Does an observant Jew really have to believe that the world is just under 6000 years old? Here’s one approach to resolving the Biblical and Scientific Ages of the Universe.
A Finite Universe
The Torah teaches that the Universe is finite and that there is a first Being we call “God” which exists outside of Time and Space. As Creator, God is distinct from the world, existing on a higher plane.1 Everything in existence was created by this First Being, including “time,” “space,” “matter,” “energy,” and all things in the spiritual realm, such as souls and angels. Nothing, except God existed before Creation.2 This concept is derived from the opening sentence of the Torah, “In the beginning, God created the heavens and the earth” (Genesis 1:1) That nothing existed before Creation is also alluded to by the Torah in that the Torah begins with the letter beth which is closed on three sides. Everything flows forth from the open side.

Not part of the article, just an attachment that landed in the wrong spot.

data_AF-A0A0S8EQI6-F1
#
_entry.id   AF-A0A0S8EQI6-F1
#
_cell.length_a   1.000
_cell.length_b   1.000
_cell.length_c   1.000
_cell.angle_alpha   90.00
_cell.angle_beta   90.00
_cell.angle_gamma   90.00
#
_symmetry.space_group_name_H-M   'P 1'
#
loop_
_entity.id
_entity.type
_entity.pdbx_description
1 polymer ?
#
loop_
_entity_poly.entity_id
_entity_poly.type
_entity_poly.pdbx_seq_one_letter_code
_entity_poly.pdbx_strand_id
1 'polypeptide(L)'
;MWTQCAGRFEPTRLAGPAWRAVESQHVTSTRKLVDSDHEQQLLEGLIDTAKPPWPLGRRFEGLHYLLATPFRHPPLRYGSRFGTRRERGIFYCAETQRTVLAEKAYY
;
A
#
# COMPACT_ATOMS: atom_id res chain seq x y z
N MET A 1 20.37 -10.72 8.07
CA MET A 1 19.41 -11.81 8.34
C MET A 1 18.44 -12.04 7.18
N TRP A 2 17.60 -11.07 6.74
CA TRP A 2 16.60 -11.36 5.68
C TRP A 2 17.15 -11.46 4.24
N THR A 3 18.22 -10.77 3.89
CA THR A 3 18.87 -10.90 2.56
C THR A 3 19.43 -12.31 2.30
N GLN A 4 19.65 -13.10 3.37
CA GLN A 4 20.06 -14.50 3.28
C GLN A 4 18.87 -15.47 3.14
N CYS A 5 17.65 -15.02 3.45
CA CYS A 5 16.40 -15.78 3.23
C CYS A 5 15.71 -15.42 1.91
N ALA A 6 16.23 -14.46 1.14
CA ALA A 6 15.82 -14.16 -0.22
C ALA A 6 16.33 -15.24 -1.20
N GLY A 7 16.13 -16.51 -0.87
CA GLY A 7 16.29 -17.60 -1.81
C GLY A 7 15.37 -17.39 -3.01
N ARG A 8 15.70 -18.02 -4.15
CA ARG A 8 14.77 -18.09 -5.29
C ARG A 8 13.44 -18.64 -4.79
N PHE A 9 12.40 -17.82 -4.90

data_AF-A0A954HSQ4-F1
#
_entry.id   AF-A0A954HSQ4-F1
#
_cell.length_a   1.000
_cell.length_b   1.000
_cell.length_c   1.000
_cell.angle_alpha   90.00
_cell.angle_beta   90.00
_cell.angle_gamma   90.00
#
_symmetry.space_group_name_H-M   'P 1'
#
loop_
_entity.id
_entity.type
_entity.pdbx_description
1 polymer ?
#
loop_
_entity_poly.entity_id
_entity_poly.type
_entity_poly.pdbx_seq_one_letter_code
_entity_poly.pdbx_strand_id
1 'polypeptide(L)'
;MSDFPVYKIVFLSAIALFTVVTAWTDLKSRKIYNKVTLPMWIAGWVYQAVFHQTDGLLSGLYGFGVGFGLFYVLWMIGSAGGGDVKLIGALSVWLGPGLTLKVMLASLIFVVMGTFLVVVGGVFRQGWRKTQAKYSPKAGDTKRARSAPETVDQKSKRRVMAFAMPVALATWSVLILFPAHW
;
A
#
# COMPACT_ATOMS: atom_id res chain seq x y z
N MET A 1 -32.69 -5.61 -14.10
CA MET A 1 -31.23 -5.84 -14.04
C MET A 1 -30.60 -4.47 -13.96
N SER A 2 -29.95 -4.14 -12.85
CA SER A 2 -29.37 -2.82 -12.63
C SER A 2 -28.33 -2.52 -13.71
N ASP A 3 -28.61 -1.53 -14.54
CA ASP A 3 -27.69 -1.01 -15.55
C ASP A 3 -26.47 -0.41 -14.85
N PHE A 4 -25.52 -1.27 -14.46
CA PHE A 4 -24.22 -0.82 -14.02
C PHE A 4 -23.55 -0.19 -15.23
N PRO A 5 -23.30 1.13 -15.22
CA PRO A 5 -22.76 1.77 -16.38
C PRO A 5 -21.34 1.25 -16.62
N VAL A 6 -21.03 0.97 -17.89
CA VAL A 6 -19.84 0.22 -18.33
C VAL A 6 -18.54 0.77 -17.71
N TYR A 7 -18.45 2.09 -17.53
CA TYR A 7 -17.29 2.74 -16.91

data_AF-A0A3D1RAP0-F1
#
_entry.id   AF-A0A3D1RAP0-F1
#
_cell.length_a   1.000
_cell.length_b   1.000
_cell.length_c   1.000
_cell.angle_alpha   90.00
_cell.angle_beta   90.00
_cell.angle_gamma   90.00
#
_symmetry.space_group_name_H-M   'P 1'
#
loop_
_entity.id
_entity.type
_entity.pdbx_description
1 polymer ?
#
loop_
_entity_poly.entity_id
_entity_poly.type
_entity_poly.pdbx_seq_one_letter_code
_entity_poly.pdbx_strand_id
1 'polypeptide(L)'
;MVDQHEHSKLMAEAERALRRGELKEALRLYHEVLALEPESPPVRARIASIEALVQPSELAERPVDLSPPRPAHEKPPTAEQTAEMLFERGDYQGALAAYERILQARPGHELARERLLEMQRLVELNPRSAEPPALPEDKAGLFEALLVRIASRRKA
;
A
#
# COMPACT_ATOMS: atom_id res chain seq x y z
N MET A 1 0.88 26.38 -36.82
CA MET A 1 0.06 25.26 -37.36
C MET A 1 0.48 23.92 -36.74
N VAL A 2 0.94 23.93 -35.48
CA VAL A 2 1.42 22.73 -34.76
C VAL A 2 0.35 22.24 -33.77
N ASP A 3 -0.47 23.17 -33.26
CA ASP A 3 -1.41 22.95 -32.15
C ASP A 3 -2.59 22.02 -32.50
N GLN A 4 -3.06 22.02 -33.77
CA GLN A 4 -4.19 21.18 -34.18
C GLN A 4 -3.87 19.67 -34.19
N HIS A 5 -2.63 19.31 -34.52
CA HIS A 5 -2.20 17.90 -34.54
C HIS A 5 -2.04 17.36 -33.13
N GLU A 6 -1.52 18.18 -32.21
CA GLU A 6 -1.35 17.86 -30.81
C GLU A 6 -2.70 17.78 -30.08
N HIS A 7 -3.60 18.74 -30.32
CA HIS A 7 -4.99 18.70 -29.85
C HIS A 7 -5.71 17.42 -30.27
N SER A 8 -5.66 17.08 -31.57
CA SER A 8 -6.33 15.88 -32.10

Unique Among Ancient Beliefs
The idea that Time and Space are parts of creation is unique among ancient beliefs. The Greek concept, which was the prevalent until the 20th century, held that the universe was unchanging. Time was immutable. There was an eternal primordial matter which the Greeks called hili from which everything was fashioned.
Time is a Creation